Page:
Page:Our Common Land (and other short essays).djvu/174

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he dissipates them in the public-house; he gets into the habit of doing so; we, or succeeding visitors, feel the hopelessness of help increase; not only does the drag upon our purse become heavier and heavier, but it becomes clearer to us that the money we give does not adequately feed the wife and children, while it does lead the husband to hope that if he yields to the strongly increased temptation to drink, some lady will help, some charity interpose, the children won't quite starve. We have weakened the natural ties, broken the appointed order, and the neat, tidy little home has sunk into the drunkard's desolate room.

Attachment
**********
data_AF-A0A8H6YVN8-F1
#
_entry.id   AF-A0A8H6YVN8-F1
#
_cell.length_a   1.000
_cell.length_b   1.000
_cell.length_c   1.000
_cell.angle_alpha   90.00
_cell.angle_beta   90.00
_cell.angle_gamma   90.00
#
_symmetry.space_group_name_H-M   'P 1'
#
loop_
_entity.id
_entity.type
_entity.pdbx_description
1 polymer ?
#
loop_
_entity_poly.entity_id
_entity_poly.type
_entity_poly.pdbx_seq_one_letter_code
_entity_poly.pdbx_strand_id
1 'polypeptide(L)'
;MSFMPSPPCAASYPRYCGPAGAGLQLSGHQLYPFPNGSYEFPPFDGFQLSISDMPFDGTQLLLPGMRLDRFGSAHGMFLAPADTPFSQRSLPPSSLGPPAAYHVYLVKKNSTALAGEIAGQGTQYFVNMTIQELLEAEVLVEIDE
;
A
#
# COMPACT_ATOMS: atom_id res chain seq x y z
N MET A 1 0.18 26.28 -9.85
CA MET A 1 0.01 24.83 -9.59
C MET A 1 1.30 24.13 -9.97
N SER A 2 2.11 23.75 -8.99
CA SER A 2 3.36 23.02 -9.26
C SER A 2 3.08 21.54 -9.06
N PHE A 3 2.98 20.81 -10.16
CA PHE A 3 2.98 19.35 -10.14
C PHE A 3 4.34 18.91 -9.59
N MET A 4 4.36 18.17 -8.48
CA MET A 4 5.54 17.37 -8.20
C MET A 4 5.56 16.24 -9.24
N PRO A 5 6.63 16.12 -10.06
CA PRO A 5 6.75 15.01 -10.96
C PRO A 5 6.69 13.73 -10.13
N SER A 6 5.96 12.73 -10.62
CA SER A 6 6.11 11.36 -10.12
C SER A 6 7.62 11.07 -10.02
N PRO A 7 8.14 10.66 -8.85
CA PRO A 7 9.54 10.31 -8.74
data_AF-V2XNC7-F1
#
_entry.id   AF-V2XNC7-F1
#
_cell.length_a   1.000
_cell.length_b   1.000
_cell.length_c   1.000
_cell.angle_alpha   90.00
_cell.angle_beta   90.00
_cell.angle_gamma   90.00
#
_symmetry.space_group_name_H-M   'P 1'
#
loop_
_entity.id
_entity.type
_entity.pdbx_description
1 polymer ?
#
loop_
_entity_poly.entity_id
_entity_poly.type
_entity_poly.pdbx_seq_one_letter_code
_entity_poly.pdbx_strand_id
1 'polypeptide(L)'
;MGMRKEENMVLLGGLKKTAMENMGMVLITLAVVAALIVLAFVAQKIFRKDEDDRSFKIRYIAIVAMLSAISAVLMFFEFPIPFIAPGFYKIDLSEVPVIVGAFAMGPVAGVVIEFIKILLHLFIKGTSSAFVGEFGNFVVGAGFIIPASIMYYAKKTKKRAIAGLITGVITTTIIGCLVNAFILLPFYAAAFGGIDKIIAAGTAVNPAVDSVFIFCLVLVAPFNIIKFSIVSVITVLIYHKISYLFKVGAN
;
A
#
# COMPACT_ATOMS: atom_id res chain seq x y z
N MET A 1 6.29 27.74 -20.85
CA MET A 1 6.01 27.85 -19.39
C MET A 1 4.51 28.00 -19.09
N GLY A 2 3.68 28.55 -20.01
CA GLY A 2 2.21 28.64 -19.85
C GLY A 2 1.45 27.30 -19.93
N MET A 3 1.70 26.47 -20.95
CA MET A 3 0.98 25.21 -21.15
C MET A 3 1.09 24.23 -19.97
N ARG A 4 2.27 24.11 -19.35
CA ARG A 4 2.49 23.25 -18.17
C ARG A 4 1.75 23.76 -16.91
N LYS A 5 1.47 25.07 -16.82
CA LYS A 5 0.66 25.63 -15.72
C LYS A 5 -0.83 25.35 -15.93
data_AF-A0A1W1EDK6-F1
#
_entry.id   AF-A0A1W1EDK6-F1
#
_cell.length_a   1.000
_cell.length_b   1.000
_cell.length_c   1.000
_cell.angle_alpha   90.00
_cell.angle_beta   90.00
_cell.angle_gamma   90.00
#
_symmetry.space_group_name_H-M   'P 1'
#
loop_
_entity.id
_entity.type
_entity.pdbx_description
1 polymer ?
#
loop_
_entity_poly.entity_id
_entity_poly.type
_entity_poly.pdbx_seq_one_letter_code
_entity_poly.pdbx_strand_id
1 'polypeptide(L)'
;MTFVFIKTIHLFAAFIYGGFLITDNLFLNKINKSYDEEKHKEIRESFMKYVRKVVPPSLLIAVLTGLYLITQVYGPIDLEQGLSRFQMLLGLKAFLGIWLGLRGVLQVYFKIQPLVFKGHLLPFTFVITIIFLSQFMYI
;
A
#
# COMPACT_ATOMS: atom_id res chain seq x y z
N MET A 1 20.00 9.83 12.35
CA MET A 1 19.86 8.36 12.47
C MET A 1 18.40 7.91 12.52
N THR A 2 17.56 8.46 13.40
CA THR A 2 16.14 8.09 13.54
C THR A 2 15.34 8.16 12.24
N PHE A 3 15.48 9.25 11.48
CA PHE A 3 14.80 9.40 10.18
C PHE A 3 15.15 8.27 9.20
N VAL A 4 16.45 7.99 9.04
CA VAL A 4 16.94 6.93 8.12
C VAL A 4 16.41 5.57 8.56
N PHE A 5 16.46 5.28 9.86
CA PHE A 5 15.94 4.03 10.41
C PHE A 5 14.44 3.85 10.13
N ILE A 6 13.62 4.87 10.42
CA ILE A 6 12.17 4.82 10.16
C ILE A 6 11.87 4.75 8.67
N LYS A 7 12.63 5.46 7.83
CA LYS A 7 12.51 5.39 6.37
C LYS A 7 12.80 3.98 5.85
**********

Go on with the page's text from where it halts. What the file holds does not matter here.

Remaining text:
Or we take up the case of a widow, and instead of once for all considering how much she can do for her own and her children's support, and deliberately uniting our forces to relieve her once for all of that part of the cost which she cannot meet, we let her come up to our house whenever she cannot fulfil